A popular VICE article sets out to determine “Why Millions of Men Lose Friends in Their Twenties.”
The impetus for the article was a 2014 YouGov poll conducted in the UK that found that 2.5 million men “over the age of 18 don’t have a close friend they would discuss a serious life problem with.”
Undoubtedly the main reason for the article’s popularity was that its theme touched a nerve. The content of the article itself is fairly shallow and unilluminating.
But there does seem to a recognized problem with a decline in male friendship in the Western world. A study has found that in America, adult, white, heterosexual men have the fewest friends of all groups. And loneliness among men is thought to be a contributing factor to their higher suicide rates today.
If there is indeed a general crisis in male friendship, here are 3 reasons I can think of for it:
1) The “war” on men.
If you’re a male in today’s world, you’re constantly surrounded by propaganda that tells you that you are nothing more than a slow-witted, slovenly barbarian who only lives for sports and barbecuing on the weekend. The many men who are impacted by this propaganda will take on a persona of superficiality, and tend to form superficial friendships. Their superficiality is probably aided by an education system that gives them little exposure to deeper ideas and how to think deeply about things.
I think many men don’t place a lot of value on friendships today because they simply don’t see them as “useful.”
Utilitarianism is the belief that things are as good inasmuch as they are useful or best maximize happiness. With the decline of the Christian worldview, utilitarianism has become the dominant lens through which Western men and women view reality, and happiness has come to be associated more with careers than relationships. Combine this with the finding that men tend to be much more utilitarian than women, and it’s understandable that male friendship would take a greater hit in today’s world.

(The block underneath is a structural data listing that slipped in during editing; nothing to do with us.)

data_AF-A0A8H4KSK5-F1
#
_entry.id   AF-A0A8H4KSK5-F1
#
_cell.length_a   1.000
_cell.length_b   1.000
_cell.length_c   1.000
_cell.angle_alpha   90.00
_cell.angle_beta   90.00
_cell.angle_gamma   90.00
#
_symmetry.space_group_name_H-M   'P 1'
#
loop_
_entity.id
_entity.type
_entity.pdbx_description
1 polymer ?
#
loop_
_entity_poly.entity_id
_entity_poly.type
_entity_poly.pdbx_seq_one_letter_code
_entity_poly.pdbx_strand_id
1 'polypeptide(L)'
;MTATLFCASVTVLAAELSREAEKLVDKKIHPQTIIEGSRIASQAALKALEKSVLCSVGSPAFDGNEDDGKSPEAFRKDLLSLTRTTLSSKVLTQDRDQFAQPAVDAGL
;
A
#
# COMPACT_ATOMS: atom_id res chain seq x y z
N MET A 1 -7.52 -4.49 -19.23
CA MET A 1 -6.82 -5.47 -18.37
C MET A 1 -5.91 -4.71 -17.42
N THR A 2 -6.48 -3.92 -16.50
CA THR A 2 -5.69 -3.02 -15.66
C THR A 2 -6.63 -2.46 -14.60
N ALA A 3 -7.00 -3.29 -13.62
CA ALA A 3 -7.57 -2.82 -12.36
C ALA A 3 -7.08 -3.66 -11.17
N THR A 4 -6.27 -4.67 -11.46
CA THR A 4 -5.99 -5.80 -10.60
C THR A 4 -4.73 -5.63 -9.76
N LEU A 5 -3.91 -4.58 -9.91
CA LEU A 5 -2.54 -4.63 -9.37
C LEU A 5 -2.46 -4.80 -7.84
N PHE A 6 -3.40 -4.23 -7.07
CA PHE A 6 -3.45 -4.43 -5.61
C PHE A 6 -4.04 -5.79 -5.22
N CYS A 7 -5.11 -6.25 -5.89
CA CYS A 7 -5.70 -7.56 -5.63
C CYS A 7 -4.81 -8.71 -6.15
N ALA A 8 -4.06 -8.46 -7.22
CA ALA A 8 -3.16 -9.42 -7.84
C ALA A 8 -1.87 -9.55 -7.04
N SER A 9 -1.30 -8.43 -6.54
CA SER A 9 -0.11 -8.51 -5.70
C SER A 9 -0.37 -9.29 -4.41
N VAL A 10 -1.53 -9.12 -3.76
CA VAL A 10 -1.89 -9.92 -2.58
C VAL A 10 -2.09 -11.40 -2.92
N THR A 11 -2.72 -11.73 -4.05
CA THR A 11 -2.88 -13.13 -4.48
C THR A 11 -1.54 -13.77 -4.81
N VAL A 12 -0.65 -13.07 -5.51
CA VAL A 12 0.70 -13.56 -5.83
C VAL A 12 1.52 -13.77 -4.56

3) The changed nature of work.
In the past, as I’ve pointed out, the Western world tended to be more of an agrarian society in which the men did not have to leave home for work. If you’re a husband or father today, however, you’re usually gone from home for 10-11 hours each day for work. And in our increasingly “connected” world, work tends to make demands on you even when you’re home. All of this means that, unless you want to be an absent husband and/or father, there simply isn’t that much time to hang out with friends.
Anyways, these are my hurried thoughts on the matter. I'm sure I've ignored some other more obvious reasons for a decline in male friendships. I’ll be curious to read your responses and your own thoughts.
Dan is a former Senior Fellow at Intellectual Takeout. He received his B.A. in Philosophy and Catholic Studies from the University of St. Thomas (MN), and his M.A. and Ph.D. in Systematic Theology from Duquesne University in Pittsburgh, Pennsylvania. You can find his academic work at Academia.edu.